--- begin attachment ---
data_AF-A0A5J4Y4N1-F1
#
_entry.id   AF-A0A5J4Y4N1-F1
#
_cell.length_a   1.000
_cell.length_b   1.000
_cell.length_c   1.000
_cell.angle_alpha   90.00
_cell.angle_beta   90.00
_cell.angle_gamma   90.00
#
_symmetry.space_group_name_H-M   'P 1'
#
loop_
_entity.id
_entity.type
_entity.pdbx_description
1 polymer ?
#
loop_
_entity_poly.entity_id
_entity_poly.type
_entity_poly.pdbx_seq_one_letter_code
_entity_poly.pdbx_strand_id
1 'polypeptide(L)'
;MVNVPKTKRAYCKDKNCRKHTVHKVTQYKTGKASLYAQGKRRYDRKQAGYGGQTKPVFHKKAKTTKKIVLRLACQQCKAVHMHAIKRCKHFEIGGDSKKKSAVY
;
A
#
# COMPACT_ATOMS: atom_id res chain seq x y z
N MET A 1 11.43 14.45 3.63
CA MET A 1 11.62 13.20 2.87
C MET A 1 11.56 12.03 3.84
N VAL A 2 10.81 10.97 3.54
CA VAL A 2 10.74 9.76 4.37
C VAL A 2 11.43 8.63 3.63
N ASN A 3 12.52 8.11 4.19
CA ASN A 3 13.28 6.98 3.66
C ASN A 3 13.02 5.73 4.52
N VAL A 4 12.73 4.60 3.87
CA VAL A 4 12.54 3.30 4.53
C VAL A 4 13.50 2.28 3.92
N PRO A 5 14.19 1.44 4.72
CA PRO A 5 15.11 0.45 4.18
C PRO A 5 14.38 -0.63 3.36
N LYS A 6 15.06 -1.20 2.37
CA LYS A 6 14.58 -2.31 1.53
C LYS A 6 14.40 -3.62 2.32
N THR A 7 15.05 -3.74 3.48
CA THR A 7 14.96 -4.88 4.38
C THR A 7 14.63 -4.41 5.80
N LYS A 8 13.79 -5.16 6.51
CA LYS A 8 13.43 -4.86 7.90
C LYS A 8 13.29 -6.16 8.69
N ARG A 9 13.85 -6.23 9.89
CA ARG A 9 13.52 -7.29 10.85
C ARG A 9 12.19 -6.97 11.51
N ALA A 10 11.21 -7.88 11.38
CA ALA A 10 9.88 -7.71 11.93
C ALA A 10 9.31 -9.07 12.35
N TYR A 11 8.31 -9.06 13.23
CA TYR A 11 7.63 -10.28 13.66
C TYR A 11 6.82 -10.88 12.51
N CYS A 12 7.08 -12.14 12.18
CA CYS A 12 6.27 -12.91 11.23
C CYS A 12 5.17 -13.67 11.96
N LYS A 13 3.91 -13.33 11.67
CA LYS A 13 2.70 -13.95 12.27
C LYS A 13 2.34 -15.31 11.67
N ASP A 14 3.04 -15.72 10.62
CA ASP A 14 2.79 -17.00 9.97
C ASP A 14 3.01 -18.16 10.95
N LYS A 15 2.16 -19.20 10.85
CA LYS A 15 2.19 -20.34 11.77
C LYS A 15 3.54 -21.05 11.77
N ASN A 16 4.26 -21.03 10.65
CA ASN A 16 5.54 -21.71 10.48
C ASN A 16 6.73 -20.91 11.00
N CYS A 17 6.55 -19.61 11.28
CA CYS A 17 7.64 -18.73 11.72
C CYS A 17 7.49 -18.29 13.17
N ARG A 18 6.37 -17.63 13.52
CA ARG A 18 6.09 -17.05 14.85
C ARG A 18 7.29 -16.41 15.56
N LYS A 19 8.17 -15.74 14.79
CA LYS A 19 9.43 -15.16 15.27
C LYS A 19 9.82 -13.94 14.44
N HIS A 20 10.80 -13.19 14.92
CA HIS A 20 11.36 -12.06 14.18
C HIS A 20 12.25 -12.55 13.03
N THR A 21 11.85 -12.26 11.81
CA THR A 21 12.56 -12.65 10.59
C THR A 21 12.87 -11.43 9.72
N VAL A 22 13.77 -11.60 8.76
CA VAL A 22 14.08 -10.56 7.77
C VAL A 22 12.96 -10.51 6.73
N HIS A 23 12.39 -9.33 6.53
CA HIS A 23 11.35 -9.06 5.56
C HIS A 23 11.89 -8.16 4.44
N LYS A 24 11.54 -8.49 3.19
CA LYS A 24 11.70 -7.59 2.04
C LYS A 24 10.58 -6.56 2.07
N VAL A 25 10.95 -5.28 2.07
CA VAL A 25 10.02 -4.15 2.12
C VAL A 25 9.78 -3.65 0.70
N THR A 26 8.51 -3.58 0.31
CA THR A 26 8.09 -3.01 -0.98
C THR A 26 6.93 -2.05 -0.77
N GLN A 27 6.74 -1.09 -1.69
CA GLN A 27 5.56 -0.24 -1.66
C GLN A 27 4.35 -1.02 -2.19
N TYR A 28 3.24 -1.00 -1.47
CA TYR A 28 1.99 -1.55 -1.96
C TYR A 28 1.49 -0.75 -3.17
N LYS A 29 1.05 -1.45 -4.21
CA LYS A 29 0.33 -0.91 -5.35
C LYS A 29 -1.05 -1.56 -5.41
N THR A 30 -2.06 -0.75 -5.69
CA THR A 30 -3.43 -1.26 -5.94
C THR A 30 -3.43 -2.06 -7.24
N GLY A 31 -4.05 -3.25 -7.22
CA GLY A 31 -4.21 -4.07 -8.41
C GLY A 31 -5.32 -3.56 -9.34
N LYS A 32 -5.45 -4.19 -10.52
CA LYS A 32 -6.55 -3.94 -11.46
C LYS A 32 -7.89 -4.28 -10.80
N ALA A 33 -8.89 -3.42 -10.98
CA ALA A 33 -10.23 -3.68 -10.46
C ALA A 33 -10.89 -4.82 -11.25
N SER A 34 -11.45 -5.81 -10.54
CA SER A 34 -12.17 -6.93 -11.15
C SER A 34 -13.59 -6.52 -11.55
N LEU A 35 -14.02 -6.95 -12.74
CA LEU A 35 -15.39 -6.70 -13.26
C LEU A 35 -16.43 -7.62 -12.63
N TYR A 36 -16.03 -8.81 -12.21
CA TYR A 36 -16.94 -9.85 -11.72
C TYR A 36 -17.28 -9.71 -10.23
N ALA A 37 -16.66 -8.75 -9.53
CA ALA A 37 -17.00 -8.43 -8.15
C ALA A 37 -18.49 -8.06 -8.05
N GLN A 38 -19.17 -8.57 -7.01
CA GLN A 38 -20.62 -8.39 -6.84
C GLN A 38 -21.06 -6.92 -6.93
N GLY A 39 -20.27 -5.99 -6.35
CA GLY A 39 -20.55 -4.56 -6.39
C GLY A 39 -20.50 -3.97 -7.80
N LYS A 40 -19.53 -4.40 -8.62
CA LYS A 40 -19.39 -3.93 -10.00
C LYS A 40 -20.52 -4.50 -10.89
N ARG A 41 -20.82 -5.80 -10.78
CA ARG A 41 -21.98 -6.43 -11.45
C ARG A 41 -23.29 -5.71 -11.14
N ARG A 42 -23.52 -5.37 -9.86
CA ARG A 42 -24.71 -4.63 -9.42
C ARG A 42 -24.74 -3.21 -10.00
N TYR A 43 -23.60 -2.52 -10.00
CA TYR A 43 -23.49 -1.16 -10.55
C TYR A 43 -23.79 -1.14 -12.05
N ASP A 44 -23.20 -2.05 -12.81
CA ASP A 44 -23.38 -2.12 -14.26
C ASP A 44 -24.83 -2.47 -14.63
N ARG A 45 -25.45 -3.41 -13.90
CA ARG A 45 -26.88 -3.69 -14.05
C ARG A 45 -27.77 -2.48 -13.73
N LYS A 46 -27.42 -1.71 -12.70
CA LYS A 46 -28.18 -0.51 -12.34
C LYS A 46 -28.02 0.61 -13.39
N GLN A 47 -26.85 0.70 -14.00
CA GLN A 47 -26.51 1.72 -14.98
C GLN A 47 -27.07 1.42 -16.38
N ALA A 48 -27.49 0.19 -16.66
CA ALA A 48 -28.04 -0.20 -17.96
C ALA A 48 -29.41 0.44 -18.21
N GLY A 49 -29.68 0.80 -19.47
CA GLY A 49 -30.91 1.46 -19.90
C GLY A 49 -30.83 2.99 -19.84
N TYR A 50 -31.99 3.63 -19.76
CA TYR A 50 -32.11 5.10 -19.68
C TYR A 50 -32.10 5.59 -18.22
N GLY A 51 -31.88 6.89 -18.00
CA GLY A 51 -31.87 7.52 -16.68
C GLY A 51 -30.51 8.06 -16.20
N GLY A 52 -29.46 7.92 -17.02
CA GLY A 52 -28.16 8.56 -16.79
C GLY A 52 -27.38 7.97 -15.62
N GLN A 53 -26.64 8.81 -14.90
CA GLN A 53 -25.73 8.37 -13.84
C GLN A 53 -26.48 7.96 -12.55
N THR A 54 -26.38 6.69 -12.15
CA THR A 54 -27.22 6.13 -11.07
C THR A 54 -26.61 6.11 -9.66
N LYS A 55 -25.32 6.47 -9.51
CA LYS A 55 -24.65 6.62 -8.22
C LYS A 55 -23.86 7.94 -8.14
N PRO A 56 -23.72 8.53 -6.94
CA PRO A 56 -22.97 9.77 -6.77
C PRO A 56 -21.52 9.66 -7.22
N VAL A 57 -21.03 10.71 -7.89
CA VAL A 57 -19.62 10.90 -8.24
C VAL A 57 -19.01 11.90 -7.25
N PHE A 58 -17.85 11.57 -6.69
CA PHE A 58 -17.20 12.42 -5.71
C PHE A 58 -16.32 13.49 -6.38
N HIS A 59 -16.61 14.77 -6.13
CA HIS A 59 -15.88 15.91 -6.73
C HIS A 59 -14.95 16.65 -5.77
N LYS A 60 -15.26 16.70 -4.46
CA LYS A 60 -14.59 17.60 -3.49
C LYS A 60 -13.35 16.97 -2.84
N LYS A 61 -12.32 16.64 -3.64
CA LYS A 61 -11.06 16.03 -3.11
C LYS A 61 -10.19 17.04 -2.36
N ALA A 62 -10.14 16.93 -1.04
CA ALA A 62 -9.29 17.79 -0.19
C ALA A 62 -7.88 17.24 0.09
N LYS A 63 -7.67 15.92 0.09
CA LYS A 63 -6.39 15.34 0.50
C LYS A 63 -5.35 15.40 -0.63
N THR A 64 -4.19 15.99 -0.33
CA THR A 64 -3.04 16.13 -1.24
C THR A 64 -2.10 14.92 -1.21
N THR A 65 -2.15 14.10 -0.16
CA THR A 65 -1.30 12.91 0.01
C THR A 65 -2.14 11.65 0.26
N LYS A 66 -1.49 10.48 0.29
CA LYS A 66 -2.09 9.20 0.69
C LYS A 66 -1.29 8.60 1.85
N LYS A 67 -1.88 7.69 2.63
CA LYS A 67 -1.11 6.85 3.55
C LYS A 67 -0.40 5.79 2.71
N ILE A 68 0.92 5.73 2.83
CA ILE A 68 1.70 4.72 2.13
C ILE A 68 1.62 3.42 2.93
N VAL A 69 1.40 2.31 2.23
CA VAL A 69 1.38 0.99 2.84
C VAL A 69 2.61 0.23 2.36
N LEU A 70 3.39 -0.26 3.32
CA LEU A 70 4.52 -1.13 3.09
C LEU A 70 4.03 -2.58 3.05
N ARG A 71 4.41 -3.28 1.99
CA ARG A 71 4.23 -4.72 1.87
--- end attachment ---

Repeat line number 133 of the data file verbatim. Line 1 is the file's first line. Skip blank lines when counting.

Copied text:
N LEU A 35 -14.02 -6.95 -12.74